This post appeared on the RenounceUScitizenship blog.
— U.S. Citizen Abroad (@USCitizenAbroad) November 22, 2013
The article referenced in the above tweet, written by Guelph freelance writer Kira Vermond, is a decent well researched article. It would be good to get an article from her on the citizenship-based taxation, FATCA and the renunciation of U.S. citizenship.
First, the bad news from the American IRS:
The primary problem?
“The tax laws are not lined up with the immigration laws,” says Abby Kassar, vice-president of high-net-worth planning services at RBC Wealth Management in Toronto.
In other words, just because from an immigration standpoint, you’re allowed to stay in the United States for up to eight months, it doesn’t necessarily mean the taxman will turn a blind eye. Just the opposite, Mr. Berg says. In fact, he goes so far as to call the snowbird visa “a trap” and even a “tax bomb” for the unwary because it can automatically turn a Canadian into a U.S. resident, subject to tax on worldwide income.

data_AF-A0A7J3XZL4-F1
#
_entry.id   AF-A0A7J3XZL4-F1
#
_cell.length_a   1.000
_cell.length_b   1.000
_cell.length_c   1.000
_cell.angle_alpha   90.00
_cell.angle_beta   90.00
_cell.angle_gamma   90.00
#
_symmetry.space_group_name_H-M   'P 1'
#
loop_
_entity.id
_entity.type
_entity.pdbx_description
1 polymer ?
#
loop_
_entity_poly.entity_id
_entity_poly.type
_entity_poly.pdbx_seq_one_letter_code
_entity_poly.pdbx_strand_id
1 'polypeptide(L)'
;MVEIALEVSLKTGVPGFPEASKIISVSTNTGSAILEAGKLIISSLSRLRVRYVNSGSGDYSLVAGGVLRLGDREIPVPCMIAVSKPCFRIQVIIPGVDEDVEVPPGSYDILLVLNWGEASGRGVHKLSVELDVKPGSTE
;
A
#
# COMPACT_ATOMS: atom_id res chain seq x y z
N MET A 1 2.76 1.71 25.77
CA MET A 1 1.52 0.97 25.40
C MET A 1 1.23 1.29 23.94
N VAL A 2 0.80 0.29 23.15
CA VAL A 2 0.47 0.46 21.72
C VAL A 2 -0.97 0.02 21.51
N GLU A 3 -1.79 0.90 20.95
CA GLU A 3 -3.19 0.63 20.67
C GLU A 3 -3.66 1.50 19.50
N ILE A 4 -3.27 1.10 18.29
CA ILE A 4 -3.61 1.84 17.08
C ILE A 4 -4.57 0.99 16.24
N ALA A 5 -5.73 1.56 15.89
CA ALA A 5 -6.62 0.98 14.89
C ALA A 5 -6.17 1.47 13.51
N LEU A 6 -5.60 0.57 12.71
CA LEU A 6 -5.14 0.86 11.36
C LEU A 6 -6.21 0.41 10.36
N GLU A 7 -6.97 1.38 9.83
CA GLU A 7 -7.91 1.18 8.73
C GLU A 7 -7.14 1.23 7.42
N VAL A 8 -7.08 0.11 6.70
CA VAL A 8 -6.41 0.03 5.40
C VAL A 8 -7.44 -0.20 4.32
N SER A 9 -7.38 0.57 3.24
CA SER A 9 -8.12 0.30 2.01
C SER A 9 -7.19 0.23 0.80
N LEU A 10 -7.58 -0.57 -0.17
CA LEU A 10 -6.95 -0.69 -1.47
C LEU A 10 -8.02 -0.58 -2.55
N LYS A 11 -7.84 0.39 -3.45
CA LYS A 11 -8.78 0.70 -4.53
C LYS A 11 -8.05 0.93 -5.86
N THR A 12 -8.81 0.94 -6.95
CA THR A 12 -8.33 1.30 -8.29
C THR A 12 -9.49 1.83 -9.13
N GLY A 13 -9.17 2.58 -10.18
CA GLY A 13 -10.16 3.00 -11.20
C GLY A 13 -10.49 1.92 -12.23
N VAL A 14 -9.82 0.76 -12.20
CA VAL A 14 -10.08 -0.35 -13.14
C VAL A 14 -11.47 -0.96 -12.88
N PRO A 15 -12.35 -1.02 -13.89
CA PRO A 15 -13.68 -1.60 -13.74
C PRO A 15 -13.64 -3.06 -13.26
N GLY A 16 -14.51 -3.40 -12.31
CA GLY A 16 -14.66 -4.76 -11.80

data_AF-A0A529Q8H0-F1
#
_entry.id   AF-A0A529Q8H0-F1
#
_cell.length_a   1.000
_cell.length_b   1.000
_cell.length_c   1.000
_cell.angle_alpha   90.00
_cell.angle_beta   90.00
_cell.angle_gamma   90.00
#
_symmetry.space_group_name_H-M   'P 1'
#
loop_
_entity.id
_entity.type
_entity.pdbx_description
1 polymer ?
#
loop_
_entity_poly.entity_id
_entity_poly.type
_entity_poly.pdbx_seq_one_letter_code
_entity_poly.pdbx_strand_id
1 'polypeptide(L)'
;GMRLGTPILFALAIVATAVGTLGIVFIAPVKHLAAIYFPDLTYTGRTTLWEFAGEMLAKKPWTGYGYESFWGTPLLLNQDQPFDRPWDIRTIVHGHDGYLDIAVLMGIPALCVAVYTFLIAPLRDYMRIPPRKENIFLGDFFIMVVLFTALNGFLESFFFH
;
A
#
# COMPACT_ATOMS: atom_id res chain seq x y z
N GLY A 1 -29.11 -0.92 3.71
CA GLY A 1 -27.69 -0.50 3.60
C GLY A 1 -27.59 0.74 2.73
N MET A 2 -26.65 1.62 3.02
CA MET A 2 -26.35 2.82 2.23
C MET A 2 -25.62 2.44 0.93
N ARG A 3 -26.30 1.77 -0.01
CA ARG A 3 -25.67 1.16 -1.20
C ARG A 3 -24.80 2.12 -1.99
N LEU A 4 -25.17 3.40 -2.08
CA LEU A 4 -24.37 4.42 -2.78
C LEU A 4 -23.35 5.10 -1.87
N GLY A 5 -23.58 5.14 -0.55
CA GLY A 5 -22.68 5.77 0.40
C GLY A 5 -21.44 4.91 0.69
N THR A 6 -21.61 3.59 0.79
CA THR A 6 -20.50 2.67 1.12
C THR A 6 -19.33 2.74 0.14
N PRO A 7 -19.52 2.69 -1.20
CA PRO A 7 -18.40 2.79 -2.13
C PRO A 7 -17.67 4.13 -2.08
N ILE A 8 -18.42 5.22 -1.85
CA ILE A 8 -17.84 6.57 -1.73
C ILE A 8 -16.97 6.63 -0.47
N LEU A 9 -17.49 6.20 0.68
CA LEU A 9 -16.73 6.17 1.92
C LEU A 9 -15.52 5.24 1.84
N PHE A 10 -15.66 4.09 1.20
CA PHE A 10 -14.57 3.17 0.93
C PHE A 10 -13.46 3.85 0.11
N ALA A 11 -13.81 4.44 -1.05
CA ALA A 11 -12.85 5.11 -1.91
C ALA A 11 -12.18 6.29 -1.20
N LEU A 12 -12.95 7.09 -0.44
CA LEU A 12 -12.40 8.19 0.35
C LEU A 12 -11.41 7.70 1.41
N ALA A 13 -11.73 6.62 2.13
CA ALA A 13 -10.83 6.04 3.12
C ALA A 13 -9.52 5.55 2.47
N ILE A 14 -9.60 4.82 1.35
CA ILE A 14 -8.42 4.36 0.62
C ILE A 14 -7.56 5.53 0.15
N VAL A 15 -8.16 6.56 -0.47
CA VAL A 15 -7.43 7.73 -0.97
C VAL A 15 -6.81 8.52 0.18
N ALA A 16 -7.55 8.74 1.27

Second, the bad news from the Canada Revenue Agency:
And don’t forget Canadian departure taxes, which are also based on residency. If you are no longer considered a resident in Canada, you’re deemed to have sold all of your assets and you must pay taxes on your capital gains. In effect, the Canada Revenue Agency treats you as though you’ve died.
“So you get a snowbird visa, you’re fat and happy living down in the U.S. for 240 days – and then you get a knock on the door from the CRA that says, ‘Hey, where’s our money?’ ” Mr. Berg says. “That’s a super nasty surprise.”